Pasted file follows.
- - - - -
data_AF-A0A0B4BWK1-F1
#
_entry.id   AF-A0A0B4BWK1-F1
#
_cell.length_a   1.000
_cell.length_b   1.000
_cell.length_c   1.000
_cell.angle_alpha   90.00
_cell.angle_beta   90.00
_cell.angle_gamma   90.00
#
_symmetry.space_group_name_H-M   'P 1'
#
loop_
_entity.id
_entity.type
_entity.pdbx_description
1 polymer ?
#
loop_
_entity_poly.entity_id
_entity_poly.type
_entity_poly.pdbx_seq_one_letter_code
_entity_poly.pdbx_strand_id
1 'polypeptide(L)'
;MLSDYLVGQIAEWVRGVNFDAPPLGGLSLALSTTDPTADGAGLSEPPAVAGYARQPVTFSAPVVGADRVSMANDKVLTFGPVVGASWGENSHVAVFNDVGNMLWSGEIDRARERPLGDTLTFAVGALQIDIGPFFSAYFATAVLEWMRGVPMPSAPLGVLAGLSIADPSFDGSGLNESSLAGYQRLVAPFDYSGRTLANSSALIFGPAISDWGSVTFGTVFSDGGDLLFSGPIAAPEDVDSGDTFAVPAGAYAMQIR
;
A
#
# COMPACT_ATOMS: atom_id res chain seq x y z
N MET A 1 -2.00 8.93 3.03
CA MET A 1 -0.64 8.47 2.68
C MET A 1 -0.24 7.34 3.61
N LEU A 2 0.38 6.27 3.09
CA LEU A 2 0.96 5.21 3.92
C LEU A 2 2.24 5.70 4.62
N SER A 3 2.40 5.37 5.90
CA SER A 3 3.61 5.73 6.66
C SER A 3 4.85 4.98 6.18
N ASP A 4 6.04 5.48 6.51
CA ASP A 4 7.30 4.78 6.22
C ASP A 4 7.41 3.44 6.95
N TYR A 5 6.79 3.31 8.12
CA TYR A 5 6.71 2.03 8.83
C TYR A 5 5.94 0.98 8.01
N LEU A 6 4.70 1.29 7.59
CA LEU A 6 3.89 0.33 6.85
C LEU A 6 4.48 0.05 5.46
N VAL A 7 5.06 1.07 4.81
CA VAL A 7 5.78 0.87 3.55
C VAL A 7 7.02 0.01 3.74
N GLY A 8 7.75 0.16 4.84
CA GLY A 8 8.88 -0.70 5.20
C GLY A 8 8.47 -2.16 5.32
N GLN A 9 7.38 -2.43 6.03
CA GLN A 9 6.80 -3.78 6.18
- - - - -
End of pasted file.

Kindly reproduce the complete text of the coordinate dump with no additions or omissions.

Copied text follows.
data_AF-A0A0B4BWK1-F1
#
_entry.id   AF-A0A0B4BWK1-F1
#
_cell.length_a   1.000
_cell.length_b   1.000
_cell.length_c   1.000
_cell.angle_alpha   90.00
_cell.angle_beta   90.00
_cell.angle_gamma   90.00
#
_symmetry.space_group_name_H-M   'P 1'
#
loop_
_entity.id
_entity.type
_entity.pdbx_description
1 polymer ?
#
loop_
_entity_poly.entity_id
_entity_poly.type
_entity_poly.pdbx_seq_one_letter_code
_entity_poly.pdbx_strand_id
1 'polypeptide(L)'
;MLSDYLVGQIAEWVRGVNFDAPPLGGLSLALSTTDPTADGAGLSEPPAVAGYARQPVTFSAPVVGADRVSMANDKVLTFGPVVGASWGENSHVAVFNDVGNMLWSGEIDRARERPLGDTLTFAVGALQIDIGPFFSAYFATAVLEWMRGVPMPSAPLGVLAGLSIADPSFDGSGLNESSLAGYQRLVAPFDYSGRTLANSSALIFGPAISDWGSVTFGTVFSDGGDLLFSGPIAAPEDVDSGDTFAVPAGAYAMQIR
;
A
#
# COMPACT_ATOMS: atom_id res chain seq x y z
N MET A 1 -2.00 8.93 3.03
CA MET A 1 -0.64 8.47 2.68
C MET A 1 -0.24 7.34 3.61
N LEU A 2 0.38 6.27 3.09
CA LEU A 2 0.96 5.21 3.92
C LEU A 2 2.24 5.70 4.62
N SER A 3 2.40 5.37 5.90
CA SER A 3 3.61 5.73 6.66
C SER A 3 4.85 4.98 6.18
N ASP A 4 6.04 5.48 6.51
CA ASP A 4 7.30 4.78 6.22
C ASP A 4 7.41 3.44 6.95
N TYR A 5 6.79 3.31 8.12
CA TYR A 5 6.71 2.03 8.83
C TYR A 5 5.94 0.98 8.01
N LEU A 6 4.70 1.29 7.59
CA LEU A 6 3.89 0.33 6.85
C LEU A 6 4.48 0.05 5.46
N VAL A 7 5.06 1.07 4.81
CA VAL A 7 5.78 0.87 3.55
C VAL A 7 7.02 0.01 3.74
N GLY A 8 7.75 0.16 4.84
CA GLY A 8 8.88 -0.70 5.20
C GLY A 8 8.47 -2.16 5.32
N GLN A 9 7.38 -2.43 6.03
CA GLN A 9 6.80 -3.78 6.18